On Saturday after I dropped some files off at Staples to have some large prints made, I rode my bike to the city again, this time to see the Independent Fair. The Independent Fair was three or four floors of the old Dia Building (Zach Feuer Gallery is recently relocated to the ground floor of the same building). Each floor was not-so-crammed with art. It reminded me of the Liste Fair I visited in Basel a few years ago when I had the amazing opportunity to go to the Art Basel fair (thanks to a very good friend of mine). I saw my friends Wayne Adams and Kris Chatterson here. They're very good painters.

The galleries seemed more with it, more focused, more willing to take risks. The fair had far greater energy than the Armory. It didn't feel like fall or winter, it felt like spring in there. I didn't love everything, there were some real flops, but it didn't really matter. The flops were out paced by the real energy. There weren't signs pointing in any coherent direction as to where art was going, what progressive was. It felt like one of those posts with the directions to different countries.

Art is going this way! And this way! AND THIS WAY!! All of it was very exciting. I left the Independent Fair and worked in my studio until 10pm (unusually late for me) and then played Marvel vs. Capcom 3 with Mark until almost 1am.

All of my photos from Armory Week are here: http://www.mattjonesrules.com/armory/ The two fairs I attended are separated by the Hammons exhibition.

I'll close by saying I'm definitely a fanboy. I love the fact that art is even MADE, but I have my taste and criticality. Any way I look at it my expectations for art in any context isn't that different from when I started writing this blog. Does the art enrich my life, does it fill me with energy and inspire me (does it make me want to make work)? Or does it suck the energy out of me leaving me in a kind of vacuous and lame state where I don't want to do much of anything? Art's responsibility is to be beautiful (as relative as this may be), timely (close to timeless but not alienating its own time), and inspirational (probably the most important).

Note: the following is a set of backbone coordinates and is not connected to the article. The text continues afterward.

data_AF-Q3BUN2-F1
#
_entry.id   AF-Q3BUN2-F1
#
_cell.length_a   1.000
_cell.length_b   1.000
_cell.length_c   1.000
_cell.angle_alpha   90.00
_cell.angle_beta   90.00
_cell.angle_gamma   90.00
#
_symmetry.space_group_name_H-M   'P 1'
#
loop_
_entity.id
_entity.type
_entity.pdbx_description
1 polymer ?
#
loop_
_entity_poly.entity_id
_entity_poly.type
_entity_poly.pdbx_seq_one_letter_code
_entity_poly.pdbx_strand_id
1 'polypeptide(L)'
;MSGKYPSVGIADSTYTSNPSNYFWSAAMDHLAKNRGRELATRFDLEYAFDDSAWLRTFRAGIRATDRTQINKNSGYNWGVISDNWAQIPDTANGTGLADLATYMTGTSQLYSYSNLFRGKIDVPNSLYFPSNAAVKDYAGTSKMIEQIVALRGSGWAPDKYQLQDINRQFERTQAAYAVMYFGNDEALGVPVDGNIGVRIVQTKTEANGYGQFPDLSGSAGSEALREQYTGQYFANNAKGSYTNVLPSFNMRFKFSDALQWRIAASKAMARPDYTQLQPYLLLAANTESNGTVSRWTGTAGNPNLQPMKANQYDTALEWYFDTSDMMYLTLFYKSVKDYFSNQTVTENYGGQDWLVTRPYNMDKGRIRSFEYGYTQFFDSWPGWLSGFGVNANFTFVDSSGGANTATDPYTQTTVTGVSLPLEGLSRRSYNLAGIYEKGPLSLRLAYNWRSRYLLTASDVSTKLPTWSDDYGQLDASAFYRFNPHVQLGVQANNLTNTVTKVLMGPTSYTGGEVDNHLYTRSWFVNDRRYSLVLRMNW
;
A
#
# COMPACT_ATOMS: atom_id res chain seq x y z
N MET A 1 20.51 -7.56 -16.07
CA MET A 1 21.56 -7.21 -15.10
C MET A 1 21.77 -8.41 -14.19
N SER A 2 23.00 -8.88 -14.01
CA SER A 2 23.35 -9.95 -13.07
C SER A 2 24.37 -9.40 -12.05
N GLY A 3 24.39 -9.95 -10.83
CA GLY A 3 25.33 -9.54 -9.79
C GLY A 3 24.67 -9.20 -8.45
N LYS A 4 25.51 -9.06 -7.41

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don't you wonder sometimes, about sound and vision?

Can't suppress a fantasy of compressing the whole of the fair into one thing - like a square foot of multitudinous ether.

I don't ever quite manage to relate to a single object in this kind of environment as something separate from the machine of its greater spectacle. The smell of new carpet, the chatting din, the vast and white-lit interiors, gossip, friends, sore feet. Aesthetic everywhere, beers, post-cards, red dots, iphones. I'm not a good multi-tasker! It's fun and all, but I don't know. I can't buy anything at a mall, either - too many choices. 

There's this cliche that contemporary art's gone fragmentary, right? It seems like an accurate enough assessment, but I wonder if we can't try & go true it - like a bicycle wheel. Hink with the spokes a bit, get a good spin. Fragments look like freedom for a while, but then invert into predictable shapes. If there's a whole to be sought,  can we look for it again? Is that all over? Might we sustain our attention as a community and put some of the pieces back together?

Do we need to look at a painting covered in a tarp to wonder what art's about? Hasn't that always been The Question? And if not, doesn't it come gratis w/ every painting by now, thanks to the last 100 years of art-making? What would it mean to try and answer it? There's like, a difference between sitting around saying, "What is death, man?" and the Book of the Dead. I know Guston was always locating the imagined plane as beyond the surface of work - almost as though it were some metaphysical labyrinth erected between perception and idea. I think that's such an exciting problem. 

When you hear "painting" do

When you hear "painting" do you think "art"? I use the two synonymously b/c I'm a trained painter, most of my art schooling was in painting both historically and materially/technique-wise, but I think I don't ever really want to talk about painting or painting-issues. Art is the deal that's interesting to me. Brushstrokes and color not so much. Content/ideas, so much.

I was thinking about Eric Spiegel (sp?) talking about freeing yourself of concepts and then how I think of myself as a sort of conceptual artist/drawer and whether or not that was a contradiction to my Buddhist practice. Also, isn't Buddhism a concept or collection of concepts? Do we then let go of the teachings b/c they're concepts? Or are they not concepts?

Painting is my own little

Painting is my own little wormhole to consciousness-studies,  so I think about it as a medium more often than the other ones. But as far I'm concerned with painting issues, it's naught 2 do with brushstrokes and color. With a little wiggling (and a willing conversation partner), I think the way I'm interested in painting (as a practice) could be drafted onto just about any creative act (if that creative act was interested).